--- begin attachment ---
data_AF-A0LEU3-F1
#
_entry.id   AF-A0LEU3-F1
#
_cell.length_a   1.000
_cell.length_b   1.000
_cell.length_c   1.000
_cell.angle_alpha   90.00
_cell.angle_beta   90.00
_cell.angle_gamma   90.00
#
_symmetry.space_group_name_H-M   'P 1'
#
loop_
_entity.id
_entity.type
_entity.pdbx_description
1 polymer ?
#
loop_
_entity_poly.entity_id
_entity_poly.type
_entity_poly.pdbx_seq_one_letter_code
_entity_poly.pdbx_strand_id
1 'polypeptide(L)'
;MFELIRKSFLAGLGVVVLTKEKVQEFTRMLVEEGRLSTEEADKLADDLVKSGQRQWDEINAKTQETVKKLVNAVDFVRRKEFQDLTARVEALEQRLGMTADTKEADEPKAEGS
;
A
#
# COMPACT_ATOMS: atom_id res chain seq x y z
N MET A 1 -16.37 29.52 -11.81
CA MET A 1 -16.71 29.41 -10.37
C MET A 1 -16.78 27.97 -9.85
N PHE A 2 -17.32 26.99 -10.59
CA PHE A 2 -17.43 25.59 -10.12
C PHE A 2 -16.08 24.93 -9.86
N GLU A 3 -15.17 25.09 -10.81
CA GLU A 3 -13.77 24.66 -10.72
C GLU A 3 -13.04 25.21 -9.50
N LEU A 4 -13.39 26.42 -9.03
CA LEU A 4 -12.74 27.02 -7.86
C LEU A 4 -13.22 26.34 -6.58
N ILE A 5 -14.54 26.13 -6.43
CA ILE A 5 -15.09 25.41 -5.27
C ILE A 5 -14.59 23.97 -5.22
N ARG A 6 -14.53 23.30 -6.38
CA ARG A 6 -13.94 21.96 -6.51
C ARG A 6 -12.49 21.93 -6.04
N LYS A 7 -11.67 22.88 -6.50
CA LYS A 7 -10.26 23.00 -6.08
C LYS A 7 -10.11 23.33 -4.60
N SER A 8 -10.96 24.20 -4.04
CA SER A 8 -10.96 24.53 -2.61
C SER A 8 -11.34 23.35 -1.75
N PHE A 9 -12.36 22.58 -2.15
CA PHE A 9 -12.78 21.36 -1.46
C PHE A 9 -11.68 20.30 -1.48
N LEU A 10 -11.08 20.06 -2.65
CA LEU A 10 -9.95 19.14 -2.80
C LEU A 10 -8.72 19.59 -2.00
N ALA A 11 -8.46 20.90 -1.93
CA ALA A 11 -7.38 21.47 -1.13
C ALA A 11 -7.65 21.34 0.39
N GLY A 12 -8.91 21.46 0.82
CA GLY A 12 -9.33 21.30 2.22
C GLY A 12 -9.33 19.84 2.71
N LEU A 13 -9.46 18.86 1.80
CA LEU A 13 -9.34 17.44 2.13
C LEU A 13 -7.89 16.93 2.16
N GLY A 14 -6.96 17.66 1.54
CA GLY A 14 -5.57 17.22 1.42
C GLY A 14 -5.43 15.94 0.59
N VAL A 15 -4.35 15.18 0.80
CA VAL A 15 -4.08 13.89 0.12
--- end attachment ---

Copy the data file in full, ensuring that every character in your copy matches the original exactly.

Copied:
data_AF-A0LEU3-F1
#
_entry.id   AF-A0LEU3-F1
#
_cell.length_a   1.000
_cell.length_b   1.000
_cell.length_c   1.000
_cell.angle_alpha   90.00
_cell.angle_beta   90.00
_cell.angle_gamma   90.00
#
_symmetry.space_group_name_H-M   'P 1'
#
loop_
_entity.id
_entity.type
_entity.pdbx_description
1 polymer ?
#
loop_
_entity_poly.entity_id
_entity_poly.type
_entity_poly.pdbx_seq_one_letter_code
_entity_poly.pdbx_strand_id
1 'polypeptide(L)'
;MFELIRKSFLAGLGVVVLTKEKVQEFTRMLVEEGRLSTEEADKLADDLVKSGQRQWDEINAKTQETVKKLVNAVDFVRRKEFQDLTARVEALEQRLGMTADTKEADEPKAEGS
;
A
#
# COMPACT_ATOMS: atom_id res chain seq x y z
N MET A 1 -16.37 29.52 -11.81
CA MET A 1 -16.71 29.41 -10.37
C MET A 1 -16.78 27.97 -9.85
N PHE A 2 -17.32 26.99 -10.59
CA PHE A 2 -17.43 25.59 -10.12
C PHE A 2 -16.08 24.93 -9.86
N GLU A 3 -15.17 25.09 -10.81
CA GLU A 3 -13.77 24.66 -10.72
C GLU A 3 -13.04 25.21 -9.50
N LEU A 4 -13.39 26.42 -9.03
CA LEU A 4 -12.74 27.02 -7.86
C LEU A 4 -13.22 26.34 -6.58
N ILE A 5 -14.54 26.13 -6.43
CA ILE A 5 -15.09 25.41 -5.27
C ILE A 5 -14.59 23.97 -5.22
N ARG A 6 -14.53 23.30 -6.38
CA ARG A 6 -13.94 21.96 -6.51
C ARG A 6 -12.49 21.93 -6.04
N LYS A 7 -11.67 22.88 -6.50
CA LYS A 7 -10.26 23.00 -6.08
C LYS A 7 -10.11 23.33 -4.60
N SER A 8 -10.96 24.20 -4.04
CA SER A 8 -10.96 24.53 -2.61
C SER A 8 -11.34 23.35 -1.75
N PHE A 9 -12.36 22.58 -2.15
CA PHE A 9 -12.78 21.36 -1.46
C PHE A 9 -11.68 20.30 -1.48
N LEU A 10 -11.08 20.06 -2.65
CA LEU A 10 -9.95 19.14 -2.80
C LEU A 10 -8.72 19.59 -2.00
N ALA A 11 -8.46 20.90 -1.93
CA ALA A 11 -7.38 21.47 -1.13
C ALA A 11 -7.65 21.34 0.39
N GLY A 12 -8.91 21.46 0.82
CA GLY A 12 -9.33 21.30 2.22
C GLY A 12 -9.33 19.84 2.71
N LEU A 13 -9.46 18.86 1.80
CA LEU A 13 -9.34 17.44 2.13
C LEU A 13 -7.89 16.93 2.16
N GLY A 14 -6.96 17.66 1.54
CA GLY A 14 -5.57 17.22 1.42
C GLY A 14 -5.43 15.94 0.59
N VAL A 15 -4.35 15.18 0.80
CA VAL A 15 -4.08 13.89 0.12